(Making blogging into a daily — okay, if not daily, then “often enough” — habit; and that as long as I have something to write, hot damn, I’ll write!)
Today’s prompt from The Daily Post is:
How would your life be different if you were incapable of feeling fear? Would your life be better or worse than it is now?
The immediate feeling I got with that thought is, ironically, that of vertigo; or that feeling when you’re at highest point on a roller coaster and you anticipate that heart-stopping drop.
I fear the thought of being fearless; I fear the thought of what I’d do.
My fears are classified in two groups: the external factors (ones that I can’t control, such other people, inanimate objects, the dark), and the internal factors — the ones that depend on me. Between the two, I fear the latter more.
Taking this “fearless” thought however, let’s say that I fear absolutely nothing, and no one, not even myself. Let’s take it further into having no inhibitions whatsoever. I fear because I know that someone or something can bring me (and the ones I love) all kinds of harm and I just flat out do not like it.
I don’t think my life would be any better. I actually believe that I’m in a good place, and being incapable of feeling fear would give my life a turn for the worse — Cielo breaking bad! I’ll be the most confrontational and aggressive person, inhibitions and repercussions be damned. I’ll just keep on ramming against one head after the other, repercussion upon repercussions, until I expire or until the world goes up in flames — whichever comes first.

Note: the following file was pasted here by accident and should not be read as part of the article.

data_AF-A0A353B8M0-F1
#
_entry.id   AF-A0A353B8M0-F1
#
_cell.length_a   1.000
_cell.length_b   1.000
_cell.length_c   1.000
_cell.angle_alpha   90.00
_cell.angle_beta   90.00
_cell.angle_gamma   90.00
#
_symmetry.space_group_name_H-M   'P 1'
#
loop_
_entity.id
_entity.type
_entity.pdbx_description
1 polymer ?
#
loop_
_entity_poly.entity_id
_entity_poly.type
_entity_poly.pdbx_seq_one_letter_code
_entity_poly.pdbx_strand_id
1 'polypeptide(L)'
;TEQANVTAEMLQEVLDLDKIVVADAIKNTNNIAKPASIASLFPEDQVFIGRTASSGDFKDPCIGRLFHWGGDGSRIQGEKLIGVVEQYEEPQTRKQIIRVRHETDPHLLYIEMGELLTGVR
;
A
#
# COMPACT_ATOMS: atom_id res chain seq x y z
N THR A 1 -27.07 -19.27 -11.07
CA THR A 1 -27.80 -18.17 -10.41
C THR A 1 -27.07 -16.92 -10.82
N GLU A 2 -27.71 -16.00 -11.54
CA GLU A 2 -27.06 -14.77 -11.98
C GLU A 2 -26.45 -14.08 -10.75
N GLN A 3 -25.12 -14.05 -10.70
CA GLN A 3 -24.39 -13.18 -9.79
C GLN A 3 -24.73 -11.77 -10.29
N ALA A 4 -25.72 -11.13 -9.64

The image I paint is that of an extreme, veering towards violence and pain. One can argue that fearlessness can be used to pursue personal happiness; I say that fearlessness will give life the sharpest contrast of black and white in which your ultimate happiness is pitted against that of the person in front of you, and I’ll bet that your standards of happiness will be far from similar.
Things that people commonly fear are emotional pain, bodily harm, the loss of income, death. Without these we’d all be crossing the street at the red light, driving past speed limits, and screaming “YOLO!!” at the top of our lungs.
I believe that we “fear” because we anticipate. We are capable of looking at a future, regardless if our vision is bright or bleak. If it’s a bright one, one can fear the little things that would prevent you from reaching that point; if it’s bleak, you fear that you might not turn it into a bright one at all. We fear, because we care. It’s not just about ourselves — we have our loved ones, our livelihoods.
So, I’ll keep my fear — just enough to keep me sane, grounded, and happy.